WG 77-13 - Applicability of CAS 405 to Costs Determined to be Unallowable on the Basis of Allocability
CAS 405 requires that contractors set up policies and procedures to identify unallowable costs and exclude them from proposals and billings to the Government. Specifically, CAS 405.40(a) provides that:
“Costs expressly unallowable or mutually agreed to be unallowable including costs mutually agreed to be unallowable directly associated costs, shall be identified and excluded from any billing, claim, or proposal applicable to a Government contract.”
An unallowable cost is defined in paragraph 405.30(a)(4) as:
“Any cost which, under the provisions of any pertinent law, regulation, or contract, cannot be included in prices, cost reimbursements, or settlements under a Government contract to which it is allocable.”It has been suggested that the last five words of paragraph 405.30(a)(4), “. . . to which it is allocable.” can be interpreted to mean that CAS 405 does not apply to costs determined unallowable by the Government on the basis of allocability, and thus a contractor is not required to identify such unallowables.
It is the intent of the Cost Accounting Standards Board that CAS 405 apply to all costs determined unallowable, including those so determined on the basis of allocability. This intent is consistent with the standard's purpose as stated in paragraph 405.20 of the standard. Thus, the definition of an “unallowable cost” applies to any cost which a contractor assigns to Government contracts which is determined to be unallowable for whatever reason; i.e. law, regulation, contract terms, or allocability.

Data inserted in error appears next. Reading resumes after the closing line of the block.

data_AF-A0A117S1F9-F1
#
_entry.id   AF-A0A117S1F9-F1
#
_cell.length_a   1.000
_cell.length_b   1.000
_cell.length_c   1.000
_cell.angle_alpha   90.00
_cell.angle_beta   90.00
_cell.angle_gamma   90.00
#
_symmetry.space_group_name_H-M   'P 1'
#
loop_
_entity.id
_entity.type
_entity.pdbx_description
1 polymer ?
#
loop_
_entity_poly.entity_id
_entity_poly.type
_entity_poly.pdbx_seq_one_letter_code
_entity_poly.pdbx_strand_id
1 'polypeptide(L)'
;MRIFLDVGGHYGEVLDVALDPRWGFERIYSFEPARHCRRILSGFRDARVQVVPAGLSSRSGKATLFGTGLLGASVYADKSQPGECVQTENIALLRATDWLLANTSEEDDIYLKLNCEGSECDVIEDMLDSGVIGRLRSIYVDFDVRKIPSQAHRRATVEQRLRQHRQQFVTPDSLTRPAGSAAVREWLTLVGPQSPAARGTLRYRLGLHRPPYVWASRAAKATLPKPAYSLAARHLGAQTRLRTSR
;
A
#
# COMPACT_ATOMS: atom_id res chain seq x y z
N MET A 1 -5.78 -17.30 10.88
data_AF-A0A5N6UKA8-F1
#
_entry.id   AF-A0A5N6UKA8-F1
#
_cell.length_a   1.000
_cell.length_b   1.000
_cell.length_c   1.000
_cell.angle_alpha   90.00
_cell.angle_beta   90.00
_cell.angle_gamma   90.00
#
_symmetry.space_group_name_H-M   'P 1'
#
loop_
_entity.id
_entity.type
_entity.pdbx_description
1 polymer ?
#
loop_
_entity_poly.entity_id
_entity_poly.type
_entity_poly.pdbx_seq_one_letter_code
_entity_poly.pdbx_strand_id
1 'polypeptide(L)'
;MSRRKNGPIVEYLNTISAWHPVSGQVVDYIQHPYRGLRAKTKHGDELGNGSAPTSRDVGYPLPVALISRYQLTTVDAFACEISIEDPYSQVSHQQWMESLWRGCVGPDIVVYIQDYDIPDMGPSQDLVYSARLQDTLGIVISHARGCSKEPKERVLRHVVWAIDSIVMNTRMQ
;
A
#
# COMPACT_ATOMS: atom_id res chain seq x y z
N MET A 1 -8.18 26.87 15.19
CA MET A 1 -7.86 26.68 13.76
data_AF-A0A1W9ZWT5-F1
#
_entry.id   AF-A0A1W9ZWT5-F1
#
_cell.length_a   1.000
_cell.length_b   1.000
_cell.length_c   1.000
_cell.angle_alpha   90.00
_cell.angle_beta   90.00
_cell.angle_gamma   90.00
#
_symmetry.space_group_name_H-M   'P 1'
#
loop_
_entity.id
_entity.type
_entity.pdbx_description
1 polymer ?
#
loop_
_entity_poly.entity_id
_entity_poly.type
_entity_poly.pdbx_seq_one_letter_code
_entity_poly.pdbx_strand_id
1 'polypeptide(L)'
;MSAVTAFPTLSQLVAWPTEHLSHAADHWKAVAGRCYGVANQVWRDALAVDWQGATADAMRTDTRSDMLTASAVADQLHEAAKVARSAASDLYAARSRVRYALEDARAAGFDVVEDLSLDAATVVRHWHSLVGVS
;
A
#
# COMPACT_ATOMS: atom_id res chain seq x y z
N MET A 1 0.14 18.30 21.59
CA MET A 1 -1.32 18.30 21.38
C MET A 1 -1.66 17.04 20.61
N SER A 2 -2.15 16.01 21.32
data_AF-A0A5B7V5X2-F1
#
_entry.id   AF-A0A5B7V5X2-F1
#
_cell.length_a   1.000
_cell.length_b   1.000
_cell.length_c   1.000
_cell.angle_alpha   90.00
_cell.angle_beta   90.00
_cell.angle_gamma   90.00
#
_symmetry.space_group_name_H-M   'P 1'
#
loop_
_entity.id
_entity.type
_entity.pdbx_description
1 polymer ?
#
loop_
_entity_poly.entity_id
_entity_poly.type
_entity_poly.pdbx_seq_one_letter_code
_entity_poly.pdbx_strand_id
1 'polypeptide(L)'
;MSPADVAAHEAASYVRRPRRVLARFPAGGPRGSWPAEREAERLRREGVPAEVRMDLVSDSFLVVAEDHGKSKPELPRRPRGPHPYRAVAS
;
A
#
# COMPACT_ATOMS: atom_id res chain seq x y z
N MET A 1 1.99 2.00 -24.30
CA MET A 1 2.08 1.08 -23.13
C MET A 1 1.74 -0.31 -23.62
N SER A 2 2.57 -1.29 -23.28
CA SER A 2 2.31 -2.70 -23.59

Going one step further, assume that a contractor proposes a cost on a contract and it is questioned solely on the basis of allocability. The contractor has two options: (1) he can agree with the Government that the cost is not properly allocable and, therefore, unallowable, or (2) he can claim that the cost is allocable and, therefore, allowable. In the first case the cost is unallowable by mutual agreement and in accordance with CAS 405.40(a) must be identified. In the second instance, if both parties hold their ground and the cost becomes the subject of a dispute, then in accordance with CAS 405.40(b) it becomes designated as unallowable and must be identified if used in computing any billing claim for the contractor to claim that the cost is allocable while simultaneously claiming that he does not have to identify it per CAS 405 because it is not allocable.
According to this Working Group guidance, contractors should be required to identify all unallowable claimed costs in accordance with CAS 405, including costs determined unallowable by the Government on the basis of allocability. If a contractor refuses to identify unallowable costs, including those determined not allocable, the contractor is in noncompliance with CAS.